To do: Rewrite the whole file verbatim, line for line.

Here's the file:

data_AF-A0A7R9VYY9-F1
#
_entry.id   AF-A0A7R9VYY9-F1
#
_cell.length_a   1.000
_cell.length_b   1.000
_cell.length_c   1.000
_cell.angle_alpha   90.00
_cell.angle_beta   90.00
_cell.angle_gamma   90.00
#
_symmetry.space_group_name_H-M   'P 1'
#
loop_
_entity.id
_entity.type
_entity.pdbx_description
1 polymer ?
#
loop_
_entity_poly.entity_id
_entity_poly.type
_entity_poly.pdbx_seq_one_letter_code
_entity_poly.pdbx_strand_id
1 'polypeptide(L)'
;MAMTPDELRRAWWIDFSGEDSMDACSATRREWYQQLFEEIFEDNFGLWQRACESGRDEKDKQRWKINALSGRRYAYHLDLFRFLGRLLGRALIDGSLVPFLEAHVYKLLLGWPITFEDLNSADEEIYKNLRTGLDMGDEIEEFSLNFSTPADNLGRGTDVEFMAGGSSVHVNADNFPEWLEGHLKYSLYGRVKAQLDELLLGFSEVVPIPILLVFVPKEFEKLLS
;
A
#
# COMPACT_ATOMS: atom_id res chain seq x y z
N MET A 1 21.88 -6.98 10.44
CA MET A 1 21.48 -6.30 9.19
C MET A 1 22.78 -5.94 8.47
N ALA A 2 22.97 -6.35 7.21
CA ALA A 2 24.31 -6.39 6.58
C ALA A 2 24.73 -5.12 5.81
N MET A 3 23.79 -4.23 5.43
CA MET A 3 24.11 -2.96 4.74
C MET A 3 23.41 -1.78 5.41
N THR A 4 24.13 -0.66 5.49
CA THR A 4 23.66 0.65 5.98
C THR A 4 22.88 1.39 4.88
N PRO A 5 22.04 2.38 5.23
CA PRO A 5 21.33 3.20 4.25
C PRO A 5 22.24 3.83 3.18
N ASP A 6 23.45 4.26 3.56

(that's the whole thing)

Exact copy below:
data_AF-A0A7R9VYY9-F1
#
_entry.id   AF-A0A7R9VYY9-F1
#
_cell.length_a   1.000
_cell.length_b   1.000
_cell.length_c   1.000
_cell.angle_alpha   90.00
_cell.angle_beta   90.00
_cell.angle_gamma   90.00
#
_symmetry.space_group_name_H-M   'P 1'
#
loop_
_entity.id
_entity.type
_entity.pdbx_description
1 polymer ?
#
loop_
_entity_poly.entity_id
_entity_poly.type
_entity_poly.pdbx_seq_one_letter_code
_entity_poly.pdbx_strand_id
1 'polypeptide(L)'
;MAMTPDELRRAWWIDFSGEDSMDACSATRREWYQQLFEEIFEDNFGLWQRACESGRDEKDKQRWKINALSGRRYAYHLDLFRFLGRLLGRALIDGSLVPFLEAHVYKLLLGWPITFEDLNSADEEIYKNLRTGLDMGDEIEEFSLNFSTPADNLGRGTDVEFMAGGSSVHVNADNFPEWLEGHLKYSLYGRVKAQLDELLLGFSEVVPIPILLVFVPKEFEKLLS
;
A
#
# COMPACT_ATOMS: atom_id res chain seq x y z
N MET A 1 21.88 -6.98 10.44
CA MET A 1 21.48 -6.30 9.19
C MET A 1 22.78 -5.94 8.47
N ALA A 2 22.97 -6.35 7.21
CA ALA A 2 24.31 -6.39 6.58
C ALA A 2 24.73 -5.12 5.81
N MET A 3 23.79 -4.23 5.43
CA MET A 3 24.11 -2.96 4.74
C MET A 3 23.41 -1.78 5.41
N THR A 4 24.13 -0.66 5.49
CA THR A 4 23.66 0.65 5.98
C THR A 4 22.88 1.39 4.88
N PRO A 5 22.04 2.38 5.23
CA PRO A 5 21.33 3.20 4.25
C PRO A 5 22.24 3.83 3.18
N ASP A 6 23.45 4.26 3.56